The group believe that they’ve found a way to have the body’s stem cells migrate to a three-dimensional scaffold made of natural material and placed in a patient’s mouth. Once the stem cells have colonized the scaffold, a tooth can grow in the socket and then merge with the surrounding tissue. Essentially, they believe that they could build a tooth much like you build a structure, but with your body proving the bricks. The result? A new anatomically correct tooth in as little as nine weeks. 

The results were published in the Journal of Dental Research (JADA), a top publication in the field of dentistry in 2010. The experiment is explained as follows:   

“In each of 22 rats, they implanted an incisor scaffold orthotopically in mandibular incisor extraction pockets and a human molar scaffold ectopically in the dorsum.”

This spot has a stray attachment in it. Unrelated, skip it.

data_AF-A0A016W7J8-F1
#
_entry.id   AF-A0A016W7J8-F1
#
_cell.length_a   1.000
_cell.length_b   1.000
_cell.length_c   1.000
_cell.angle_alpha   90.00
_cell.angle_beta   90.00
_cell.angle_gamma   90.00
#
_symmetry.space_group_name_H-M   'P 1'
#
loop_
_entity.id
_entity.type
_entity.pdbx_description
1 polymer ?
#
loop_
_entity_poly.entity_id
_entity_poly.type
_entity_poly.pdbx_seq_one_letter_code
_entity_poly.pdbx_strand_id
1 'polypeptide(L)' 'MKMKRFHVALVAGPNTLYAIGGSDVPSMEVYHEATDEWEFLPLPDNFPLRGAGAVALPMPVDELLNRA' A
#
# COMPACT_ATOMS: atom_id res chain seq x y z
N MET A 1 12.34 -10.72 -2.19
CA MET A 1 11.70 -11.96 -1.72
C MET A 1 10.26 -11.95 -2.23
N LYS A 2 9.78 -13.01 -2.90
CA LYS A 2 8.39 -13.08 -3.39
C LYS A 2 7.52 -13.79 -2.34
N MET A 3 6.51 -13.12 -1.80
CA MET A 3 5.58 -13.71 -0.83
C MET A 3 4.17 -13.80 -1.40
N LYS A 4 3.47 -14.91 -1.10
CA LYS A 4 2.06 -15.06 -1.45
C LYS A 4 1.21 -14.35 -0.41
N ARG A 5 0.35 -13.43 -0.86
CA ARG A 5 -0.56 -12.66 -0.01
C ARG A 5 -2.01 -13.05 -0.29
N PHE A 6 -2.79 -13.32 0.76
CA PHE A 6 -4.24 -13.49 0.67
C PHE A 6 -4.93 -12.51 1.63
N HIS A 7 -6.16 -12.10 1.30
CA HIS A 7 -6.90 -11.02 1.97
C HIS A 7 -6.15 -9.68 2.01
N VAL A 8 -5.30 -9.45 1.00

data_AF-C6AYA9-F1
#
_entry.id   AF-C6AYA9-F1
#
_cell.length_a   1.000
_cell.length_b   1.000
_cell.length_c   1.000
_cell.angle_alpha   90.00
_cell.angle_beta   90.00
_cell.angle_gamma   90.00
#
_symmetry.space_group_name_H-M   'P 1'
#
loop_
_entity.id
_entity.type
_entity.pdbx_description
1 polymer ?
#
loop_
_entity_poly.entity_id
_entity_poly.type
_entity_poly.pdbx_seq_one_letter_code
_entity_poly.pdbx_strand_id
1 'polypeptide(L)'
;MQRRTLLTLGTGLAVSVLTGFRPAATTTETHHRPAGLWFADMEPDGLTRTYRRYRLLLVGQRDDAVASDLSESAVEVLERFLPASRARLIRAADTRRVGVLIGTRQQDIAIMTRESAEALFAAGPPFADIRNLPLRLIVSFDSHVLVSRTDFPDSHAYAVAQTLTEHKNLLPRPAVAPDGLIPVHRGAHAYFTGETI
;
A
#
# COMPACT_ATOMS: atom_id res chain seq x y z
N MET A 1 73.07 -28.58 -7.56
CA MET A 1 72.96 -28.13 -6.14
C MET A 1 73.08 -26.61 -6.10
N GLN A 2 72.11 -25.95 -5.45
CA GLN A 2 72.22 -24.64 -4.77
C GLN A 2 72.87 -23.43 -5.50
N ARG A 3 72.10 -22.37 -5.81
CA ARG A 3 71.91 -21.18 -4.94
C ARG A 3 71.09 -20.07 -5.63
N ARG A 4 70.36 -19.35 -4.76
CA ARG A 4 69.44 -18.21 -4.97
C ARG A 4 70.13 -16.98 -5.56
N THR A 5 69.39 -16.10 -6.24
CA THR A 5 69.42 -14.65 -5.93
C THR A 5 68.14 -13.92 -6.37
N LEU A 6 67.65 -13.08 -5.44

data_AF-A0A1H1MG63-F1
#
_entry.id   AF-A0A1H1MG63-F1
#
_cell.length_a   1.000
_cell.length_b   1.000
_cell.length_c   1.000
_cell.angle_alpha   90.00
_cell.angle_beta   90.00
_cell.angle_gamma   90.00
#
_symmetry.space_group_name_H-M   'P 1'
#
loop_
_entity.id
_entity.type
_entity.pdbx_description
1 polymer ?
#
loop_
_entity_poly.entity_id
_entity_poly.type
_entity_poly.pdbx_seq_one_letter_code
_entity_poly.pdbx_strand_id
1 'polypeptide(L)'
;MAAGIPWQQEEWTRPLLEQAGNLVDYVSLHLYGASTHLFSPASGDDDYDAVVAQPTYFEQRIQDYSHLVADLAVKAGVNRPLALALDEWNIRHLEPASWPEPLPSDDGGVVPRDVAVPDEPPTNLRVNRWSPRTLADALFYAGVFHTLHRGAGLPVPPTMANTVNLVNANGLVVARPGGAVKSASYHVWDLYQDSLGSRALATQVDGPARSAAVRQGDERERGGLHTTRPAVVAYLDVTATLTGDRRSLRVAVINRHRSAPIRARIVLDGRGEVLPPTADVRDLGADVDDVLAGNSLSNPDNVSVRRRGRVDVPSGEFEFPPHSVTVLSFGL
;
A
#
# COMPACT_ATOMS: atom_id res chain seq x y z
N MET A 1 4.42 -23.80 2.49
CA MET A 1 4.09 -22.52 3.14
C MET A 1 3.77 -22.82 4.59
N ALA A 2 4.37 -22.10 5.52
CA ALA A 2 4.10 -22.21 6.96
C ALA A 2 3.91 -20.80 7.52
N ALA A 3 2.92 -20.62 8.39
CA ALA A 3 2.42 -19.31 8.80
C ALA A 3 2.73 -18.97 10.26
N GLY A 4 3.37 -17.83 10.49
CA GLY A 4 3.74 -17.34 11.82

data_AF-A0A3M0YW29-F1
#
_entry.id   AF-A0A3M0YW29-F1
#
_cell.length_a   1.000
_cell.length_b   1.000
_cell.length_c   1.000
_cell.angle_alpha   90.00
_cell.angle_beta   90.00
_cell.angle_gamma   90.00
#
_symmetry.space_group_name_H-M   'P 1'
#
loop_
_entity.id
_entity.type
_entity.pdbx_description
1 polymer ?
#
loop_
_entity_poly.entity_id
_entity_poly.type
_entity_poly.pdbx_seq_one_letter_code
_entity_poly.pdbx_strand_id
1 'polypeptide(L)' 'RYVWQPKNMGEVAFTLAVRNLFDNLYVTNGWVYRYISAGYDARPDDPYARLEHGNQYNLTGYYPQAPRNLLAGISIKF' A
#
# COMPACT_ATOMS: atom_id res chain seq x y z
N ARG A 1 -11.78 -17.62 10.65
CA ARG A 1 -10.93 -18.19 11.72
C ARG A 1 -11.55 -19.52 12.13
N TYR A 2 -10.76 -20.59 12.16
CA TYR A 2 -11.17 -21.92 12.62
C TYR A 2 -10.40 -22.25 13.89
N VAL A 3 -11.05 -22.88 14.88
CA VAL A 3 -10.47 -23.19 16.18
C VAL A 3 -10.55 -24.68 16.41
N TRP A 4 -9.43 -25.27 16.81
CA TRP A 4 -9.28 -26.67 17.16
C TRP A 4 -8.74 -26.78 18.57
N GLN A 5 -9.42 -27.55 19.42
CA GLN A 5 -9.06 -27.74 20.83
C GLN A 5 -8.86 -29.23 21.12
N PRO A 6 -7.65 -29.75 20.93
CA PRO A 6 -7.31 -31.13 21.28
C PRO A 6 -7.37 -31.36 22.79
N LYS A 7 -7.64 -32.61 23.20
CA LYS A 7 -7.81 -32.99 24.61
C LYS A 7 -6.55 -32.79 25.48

“They then infused the scaffolds’ microchannels with two growth factors. They also implanted growth-factor–free control scaffolds.”

“After nine weeks, they found that periodontal ligament–like fibrous tissue and new bone regenerated where the rat incisor scaffolds interfaced with native alveolar bone. The human molar scaffolds showed integration and tissue ingrowth. Researchers also found that the growth factors recruited significantly more endogenous cells and led to greater angiogenesis than did the growth-factor–free control scaffolds.” 

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